Ahh, cookies. Everybody loves cookies. It’s an immutable law of physics: people love cookies. Soft or crumbly. Chocolate or nut. More or less. But have you ever really thought about the care and skill that goes into creating such a cubic delight of pastries? The artisanal craft that lays the groundwork for you to ravish that seductively arranged box of cookies. A cookie box so to speak.
What trade secrets go into its selection? What obscure recipe has brought forth the many delights that this pack of well cooked dough evokes? Who…
Ah, sod it. It’s just a game. Arrange your tokens as dictated by a card, before the other players do. Bam! You’re sorted.
It also looks cute. The tiles you arrange have icons on both sides, although the two sides never match. So finding the right “waffle”-icon hiding behind the “blueberry”-icon that you already need elsewhere, leads you down the rabbit hole of hectically flipping over tiles, arranging them, cursing, re-arranging them, cursing some more and letting some panicked expletives fly across the room as somebody else rings the bell, before you get to it. Yes, the game comes with a bell. It’s bright, and shiny. And loud.
If you are now wondering whether you and your friends might enjoy such a game… you have to ask yourself a different question first: how seriously can you take this game? How eager are you to beat your friends in a competitive tile-arranging game? Without spaceships? Without scary art of a post-apocalyptic wasteland? Without some rennaissance-type man blandly staring at you from the game’s cover?
In other words how seriously can you take a game that is bright, happy and cute? A game that drapes itself in a foppishly droll and trivial theme, and delivers a challenge that is seemingly without much bite or depth?
A lot of games try to channel the competitive energy that gamers harbour within them through take-that mechanisms, conflict rules in which player forces clash into one another with heavy losses on either side, or even through the refined passive-aggressiveness that is blocking. So much so, that occasionally I end up feeling worn out and tired of fighting against my friends over and over again, when we sit down to play. The rules take the place of stick-and-carrot, pushing us into a headspace that allows us to indulge our inner caveman. There’s nothing wrong with that. A little escapism goes a long way towards clearing your head. Still, some designs are a little more obnoxious and in-your-face about it than others. Like a hopped-up, neglected 8-year-old smashing his action figures together over and over again in the hopes of one of them breaking.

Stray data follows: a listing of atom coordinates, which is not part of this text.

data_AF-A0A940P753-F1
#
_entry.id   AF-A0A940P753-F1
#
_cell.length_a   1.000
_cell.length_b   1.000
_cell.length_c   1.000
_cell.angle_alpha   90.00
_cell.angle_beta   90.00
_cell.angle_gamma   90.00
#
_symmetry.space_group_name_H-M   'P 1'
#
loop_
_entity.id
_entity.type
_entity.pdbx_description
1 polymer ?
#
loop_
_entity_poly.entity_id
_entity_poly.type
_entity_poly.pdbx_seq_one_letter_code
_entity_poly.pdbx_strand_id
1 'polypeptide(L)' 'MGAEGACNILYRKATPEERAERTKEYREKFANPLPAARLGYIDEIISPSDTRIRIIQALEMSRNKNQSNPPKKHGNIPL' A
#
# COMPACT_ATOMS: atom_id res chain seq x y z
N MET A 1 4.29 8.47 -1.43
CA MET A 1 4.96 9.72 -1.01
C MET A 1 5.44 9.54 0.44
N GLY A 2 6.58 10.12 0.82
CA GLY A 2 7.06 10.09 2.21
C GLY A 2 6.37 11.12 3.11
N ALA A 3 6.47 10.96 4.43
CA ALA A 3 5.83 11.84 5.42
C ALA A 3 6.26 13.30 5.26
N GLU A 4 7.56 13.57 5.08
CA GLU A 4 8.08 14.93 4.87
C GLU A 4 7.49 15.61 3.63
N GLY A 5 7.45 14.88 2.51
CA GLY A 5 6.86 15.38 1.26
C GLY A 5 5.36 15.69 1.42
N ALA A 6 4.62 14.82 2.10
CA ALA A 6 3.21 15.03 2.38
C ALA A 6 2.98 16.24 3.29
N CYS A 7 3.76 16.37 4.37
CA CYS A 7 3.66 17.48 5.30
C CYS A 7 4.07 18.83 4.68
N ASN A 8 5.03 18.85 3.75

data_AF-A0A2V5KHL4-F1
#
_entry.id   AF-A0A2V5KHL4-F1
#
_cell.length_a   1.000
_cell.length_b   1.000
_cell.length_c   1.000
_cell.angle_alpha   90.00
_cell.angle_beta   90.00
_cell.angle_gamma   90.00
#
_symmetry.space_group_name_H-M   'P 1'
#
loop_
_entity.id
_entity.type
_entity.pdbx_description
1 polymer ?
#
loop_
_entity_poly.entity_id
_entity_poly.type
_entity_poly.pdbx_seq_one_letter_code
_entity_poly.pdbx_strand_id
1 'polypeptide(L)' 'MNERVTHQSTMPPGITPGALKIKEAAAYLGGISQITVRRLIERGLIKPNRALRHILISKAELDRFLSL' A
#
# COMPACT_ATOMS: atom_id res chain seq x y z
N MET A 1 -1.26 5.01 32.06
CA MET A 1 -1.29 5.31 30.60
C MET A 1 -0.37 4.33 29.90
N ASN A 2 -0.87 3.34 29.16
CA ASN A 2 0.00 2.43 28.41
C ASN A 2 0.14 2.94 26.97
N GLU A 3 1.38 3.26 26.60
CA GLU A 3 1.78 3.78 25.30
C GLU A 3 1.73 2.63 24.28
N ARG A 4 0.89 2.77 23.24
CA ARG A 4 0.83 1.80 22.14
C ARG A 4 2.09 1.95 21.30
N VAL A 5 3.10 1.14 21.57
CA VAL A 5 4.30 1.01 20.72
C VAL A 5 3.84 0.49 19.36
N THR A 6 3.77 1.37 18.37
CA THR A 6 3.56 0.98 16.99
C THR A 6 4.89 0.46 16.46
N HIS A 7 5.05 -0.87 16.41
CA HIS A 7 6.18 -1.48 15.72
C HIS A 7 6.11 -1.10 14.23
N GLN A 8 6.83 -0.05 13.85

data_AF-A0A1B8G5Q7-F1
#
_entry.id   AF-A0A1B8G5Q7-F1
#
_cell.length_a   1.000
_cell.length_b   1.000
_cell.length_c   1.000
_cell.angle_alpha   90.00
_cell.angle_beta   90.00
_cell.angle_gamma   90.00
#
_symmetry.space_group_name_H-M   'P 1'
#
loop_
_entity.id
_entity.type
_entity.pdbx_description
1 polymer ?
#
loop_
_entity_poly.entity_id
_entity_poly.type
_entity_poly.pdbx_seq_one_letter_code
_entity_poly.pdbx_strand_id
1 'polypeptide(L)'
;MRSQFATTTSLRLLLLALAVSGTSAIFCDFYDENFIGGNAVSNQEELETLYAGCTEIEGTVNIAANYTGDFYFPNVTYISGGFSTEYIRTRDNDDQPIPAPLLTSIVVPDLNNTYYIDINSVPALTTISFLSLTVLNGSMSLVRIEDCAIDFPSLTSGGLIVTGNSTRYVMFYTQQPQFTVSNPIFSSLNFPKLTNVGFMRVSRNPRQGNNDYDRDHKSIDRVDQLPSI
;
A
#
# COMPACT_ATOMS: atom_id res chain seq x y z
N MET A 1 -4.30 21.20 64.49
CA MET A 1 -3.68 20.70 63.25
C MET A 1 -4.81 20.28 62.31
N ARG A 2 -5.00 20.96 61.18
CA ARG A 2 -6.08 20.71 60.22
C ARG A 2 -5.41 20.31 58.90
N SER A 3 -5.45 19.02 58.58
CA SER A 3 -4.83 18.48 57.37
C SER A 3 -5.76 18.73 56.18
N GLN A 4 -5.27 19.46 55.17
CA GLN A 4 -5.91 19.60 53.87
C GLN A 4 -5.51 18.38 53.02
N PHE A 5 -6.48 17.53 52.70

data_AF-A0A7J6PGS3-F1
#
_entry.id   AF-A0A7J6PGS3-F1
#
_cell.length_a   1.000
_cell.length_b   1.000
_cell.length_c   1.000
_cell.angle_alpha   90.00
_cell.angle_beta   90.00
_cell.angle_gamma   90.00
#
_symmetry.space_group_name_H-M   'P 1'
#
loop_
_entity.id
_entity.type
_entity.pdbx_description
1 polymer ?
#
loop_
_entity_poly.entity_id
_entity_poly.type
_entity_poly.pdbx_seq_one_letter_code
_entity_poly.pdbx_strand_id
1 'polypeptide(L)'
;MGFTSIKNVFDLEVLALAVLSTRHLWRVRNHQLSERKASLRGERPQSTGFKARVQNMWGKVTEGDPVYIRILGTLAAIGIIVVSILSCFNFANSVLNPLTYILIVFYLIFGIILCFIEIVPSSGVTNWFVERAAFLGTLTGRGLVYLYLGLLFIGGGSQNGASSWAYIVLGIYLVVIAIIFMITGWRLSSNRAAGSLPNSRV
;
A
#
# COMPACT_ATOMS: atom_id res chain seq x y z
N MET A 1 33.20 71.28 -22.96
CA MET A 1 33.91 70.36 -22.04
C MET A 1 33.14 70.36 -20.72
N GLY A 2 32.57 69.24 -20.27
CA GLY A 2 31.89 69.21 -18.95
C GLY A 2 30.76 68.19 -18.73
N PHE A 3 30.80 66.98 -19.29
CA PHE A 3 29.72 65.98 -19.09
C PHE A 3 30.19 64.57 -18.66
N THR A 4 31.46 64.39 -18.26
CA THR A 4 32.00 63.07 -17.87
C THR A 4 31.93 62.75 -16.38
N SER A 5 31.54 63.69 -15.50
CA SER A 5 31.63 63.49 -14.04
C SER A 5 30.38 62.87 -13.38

Or rather, Cookie Box. There’s none of that here. No rules explicitly made to mess with your opponents. No component scarcity for the sole purpose of creating conflict. This game’s competition works the same way that multiplayer solitaire games allegedly work: by tapping your skill at completing a task before anybody else does. No interruptions. No blatant randomizers. No kingmaking. If that is what you want: Cookie Box delivers.
Admittedly, you won’t have to calculate the exchange rate of wheat to stone or plot the actions you will have to take three turns from now, or even when to place that special tile to give you extra actions. Instead you flip tokens. And move them around.
If you and your group enjoys small and silly competition for its own sake, you might get a kick out of this game. Much like how we enjoyed grown men panicking and despairing at arranging brightly coloured tokens before somebody rung the bell. Its simplicity only gives players’ room to let their gamer id run wild.
Cookie Box might conceivably claim its place on the gamer party pantheon. Among such highlights as Looping Louie or Happy Salmon: a bane to the po-faced, a talisman to the joyful!